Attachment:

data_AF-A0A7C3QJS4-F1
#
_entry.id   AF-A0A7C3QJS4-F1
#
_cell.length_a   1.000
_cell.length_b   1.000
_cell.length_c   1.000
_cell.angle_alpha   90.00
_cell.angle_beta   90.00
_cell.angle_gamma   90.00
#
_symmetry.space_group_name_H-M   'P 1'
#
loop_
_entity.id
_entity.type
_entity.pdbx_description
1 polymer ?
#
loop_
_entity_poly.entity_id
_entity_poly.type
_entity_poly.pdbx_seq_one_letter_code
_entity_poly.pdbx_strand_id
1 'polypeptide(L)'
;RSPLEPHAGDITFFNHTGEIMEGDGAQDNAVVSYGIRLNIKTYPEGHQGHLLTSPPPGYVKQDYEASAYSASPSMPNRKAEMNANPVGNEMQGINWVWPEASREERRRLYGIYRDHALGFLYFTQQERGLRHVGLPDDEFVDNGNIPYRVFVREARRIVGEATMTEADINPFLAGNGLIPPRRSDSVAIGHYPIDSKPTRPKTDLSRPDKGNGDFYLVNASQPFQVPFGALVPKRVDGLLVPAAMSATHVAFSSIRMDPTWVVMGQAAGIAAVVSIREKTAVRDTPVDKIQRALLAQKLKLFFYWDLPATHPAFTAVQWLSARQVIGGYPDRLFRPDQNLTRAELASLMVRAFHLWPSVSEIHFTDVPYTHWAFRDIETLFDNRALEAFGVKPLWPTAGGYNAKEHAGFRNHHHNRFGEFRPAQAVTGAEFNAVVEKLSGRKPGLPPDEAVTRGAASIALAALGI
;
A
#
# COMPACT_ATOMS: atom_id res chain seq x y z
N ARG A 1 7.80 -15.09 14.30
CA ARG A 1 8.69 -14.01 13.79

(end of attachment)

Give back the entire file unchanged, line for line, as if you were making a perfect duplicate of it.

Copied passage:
data_AF-A0A7C3QJS4-F1
#
_entry.id   AF-A0A7C3QJS4-F1
#
_cell.length_a   1.000
_cell.length_b   1.000
_cell.length_c   1.000
_cell.angle_alpha   90.00
_cell.angle_beta   90.00
_cell.angle_gamma   90.00
#
_symmetry.space_group_name_H-M   'P 1'
#
loop_
_entity.id
_entity.type
_entity.pdbx_description
1 polymer ?
#
loop_
_entity_poly.entity_id
_entity_poly.type
_entity_poly.pdbx_seq_one_letter_code
_entity_poly.pdbx_strand_id
1 'polypeptide(L)'
;RSPLEPHAGDITFFNHTGEIMEGDGAQDNAVVSYGIRLNIKTYPEGHQGHLLTSPPPGYVKQDYEASAYSASPSMPNRKAEMNANPVGNEMQGINWVWPEASREERRRLYGIYRDHALGFLYFTQQERGLRHVGLPDDEFVDNGNIPYRVFVREARRIVGEATMTEADINPFLAGNGLIPPRRSDSVAIGHYPIDSKPTRPKTDLSRPDKGNGDFYLVNASQPFQVPFGALVPKRVDGLLVPAAMSATHVAFSSIRMDPTWVVMGQAAGIAAVVSIREKTAVRDTPVDKIQRALLAQKLKLFFYWDLPATHPAFTAVQWLSARQVIGGYPDRLFRPDQNLTRAELASLMVRAFHLWPSVSEIHFTDVPYTHWAFRDIETLFDNRALEAFGVKPLWPTAGGYNAKEHAGFRNHHHNRFGEFRPAQAVTGAEFNAVVEKLSGRKPGLPPDEAVTRGAASIALAALGI
;
A
#
# COMPACT_ATOMS: atom_id res chain seq x y z
N ARG A 1 7.80 -15.09 14.30
CA ARG A 1 8.69 -14.01 13.79